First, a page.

GREGORICH v. Supreme Court of Illinois, by William Madden, Acting Director of the Administrative Office of the Illinois Courts, Frederick S. Green, in his official capacity, Defendants.

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United States Court of Appeals,Seventh Circuit.

John GREGORICH, Plaintiff-Appellee, v. Carl A. LUND, in his individual capacity, Darryl Pratscher, in his individual capacity, and Shirley K. Wilgenbusch, in her individual capacity, Defendants-Appellants, Supreme Court of Illinois, by William Madden, Acting Director of the Administrative Office of the Illinois Courts, Frederick S. Green, in his official capacity, Defendants.

No. 94-2505.

Decided: May 09, 1995

Before RIPPLE and MANION, Circuit Judges, and SKINNER, District Judge.* Bryan F. Savage, Urbana, IL, John Gregorich (argued), Auburn, IL, for John Gregorich. Kathy Shepard, Office of Atty. Gen., Crim. Appeals Div., Springfield, IL, Michael Vujovich (argued), Administrative Office of Illinois Courts, Springfield, IL, for Carl A. Lund, Darryl Pratscher and Shirley K. Wilgenbusch.

John Gregorich, a former research attorney for the Appellate Court of Illinois, Fourth District, brought this action under 42 U.S.C. § 1983 against Carl Lund, the former Presiding Justice of that court.   Mr. Gregorich alleged that Justice Lund fired him for engaging in union-organizing activities.   Mr. Gregorich also alleged a defamation claim, based on state law, against Darryl Pratscher and Shirley Wilgenbusch.   He alleged that their false statements proximately caused his termination.   The district court denied Justice Lund's claim of qualified immunity and retained the state tort claim under its supplemental jurisdiction.   For the reasons that follow, we reverse in part, and remand.



John Gregorich began working as a staff research attorney for the Appellate Court of Illinois, Fourth District in December 1981.   Prior to January 1, 1991, the court's leave policy allowed employees to carry over unused vacation days into the next calendar year.   The policy also entitled employees to compensation for unused vacation time in the event of termination.   On November 26, 1990, the Illinois Supreme Court changed the leave policy.   The amended policy allowed employees to carry over no more than ten days from year to year.   Although the new policy became effective January 1, 1991, it applied retroactively.   It thus prevented Mr. Gregorich from receiving benefits for sixty-seven of the seventy-seven vacation days he had previously accumulated.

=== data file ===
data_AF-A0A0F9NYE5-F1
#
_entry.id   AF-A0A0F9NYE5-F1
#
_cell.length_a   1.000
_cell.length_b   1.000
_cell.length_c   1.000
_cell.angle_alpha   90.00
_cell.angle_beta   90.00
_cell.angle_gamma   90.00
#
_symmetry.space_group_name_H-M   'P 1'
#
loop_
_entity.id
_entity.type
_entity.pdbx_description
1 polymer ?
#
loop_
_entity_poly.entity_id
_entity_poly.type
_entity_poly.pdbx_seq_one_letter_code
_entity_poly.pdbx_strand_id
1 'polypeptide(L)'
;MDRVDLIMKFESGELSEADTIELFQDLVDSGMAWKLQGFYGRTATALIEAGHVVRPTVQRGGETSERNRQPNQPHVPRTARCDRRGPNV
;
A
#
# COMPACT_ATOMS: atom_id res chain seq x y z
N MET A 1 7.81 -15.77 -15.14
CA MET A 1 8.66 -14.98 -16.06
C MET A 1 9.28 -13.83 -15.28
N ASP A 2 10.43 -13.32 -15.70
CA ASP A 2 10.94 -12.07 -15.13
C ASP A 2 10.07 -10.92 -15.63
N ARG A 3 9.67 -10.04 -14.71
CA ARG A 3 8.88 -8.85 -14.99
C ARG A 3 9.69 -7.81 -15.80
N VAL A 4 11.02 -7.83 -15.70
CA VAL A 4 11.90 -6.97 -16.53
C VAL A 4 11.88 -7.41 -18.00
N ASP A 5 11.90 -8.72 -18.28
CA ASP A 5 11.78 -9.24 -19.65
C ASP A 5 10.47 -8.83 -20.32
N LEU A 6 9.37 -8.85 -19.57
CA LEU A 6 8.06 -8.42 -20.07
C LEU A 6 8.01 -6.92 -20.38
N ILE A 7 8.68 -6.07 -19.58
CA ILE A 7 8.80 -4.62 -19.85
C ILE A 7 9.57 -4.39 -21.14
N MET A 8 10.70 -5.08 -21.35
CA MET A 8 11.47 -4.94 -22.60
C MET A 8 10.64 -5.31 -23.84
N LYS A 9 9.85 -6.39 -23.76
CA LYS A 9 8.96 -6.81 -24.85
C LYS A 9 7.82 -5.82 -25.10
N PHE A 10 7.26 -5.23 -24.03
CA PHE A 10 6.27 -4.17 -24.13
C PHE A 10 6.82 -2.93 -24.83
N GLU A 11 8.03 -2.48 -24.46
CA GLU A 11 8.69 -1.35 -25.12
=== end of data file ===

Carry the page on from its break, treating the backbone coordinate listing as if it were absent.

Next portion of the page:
Mr. Gregorich and his fellow research attorneys were unhappy with the new rule.   In an effort to change it, Mr. Gregorich began, in February 1991, a union-organizing campaign among the research attorneys of the Fourth District.   He also discussed unionization with employees in the Clerk's Office.   In April 1991, Mr. Gregorich and another research attorney signed unionization cards authorizing the Teamsters to represent them.   However, the Teamsters subsequently withdrew their representation petition that had been pending before the Illinois Labor Relations Board.   On November 20, 1991, Carl Lund, then the Presiding Justice of the Fourth District, discharged Mr. Gregorich on grounds of insubordination.   Shirley Wilgenbusch, Research Director for the Fourth District, and Darryl Pratscher, Clerk of the Court, apparently had informed Justice Lund that Mr. Gregorich was acting in a “rude or discourteous manner.”   R.1 at 9.   Mr. Gregorich believed that these allegations were pretextual and that he had been fired in retaliation for his union-organizing activities.

B. Earlier Proceedings

Mr. Gregorich filed a two-count complaint against several defendants.   The first count named as defendants the Illinois Supreme Court and William Madden, the Acting Director of the Administrative Office of the Illinois Courts.   It alleged that these defendants had violated the Contracts Clause, as well as Mr. Gregorich's procedural and substantive due process rights, by changing retroactively the leave policy.   Mr. Gregorich's second count consisted of a wrongful discharge claim against Justice Lund, Ms. Wilgenbusch, and Mr. Pratscher, in their individual capacities.   It also included a defamation claim against the latter two defendants.   The federal claims involved in this count centered around Mr. Gregorich's rights of free association and substantive and procedural due process.   The portion of this count that articulates the First Amendment claim central to this appeal states: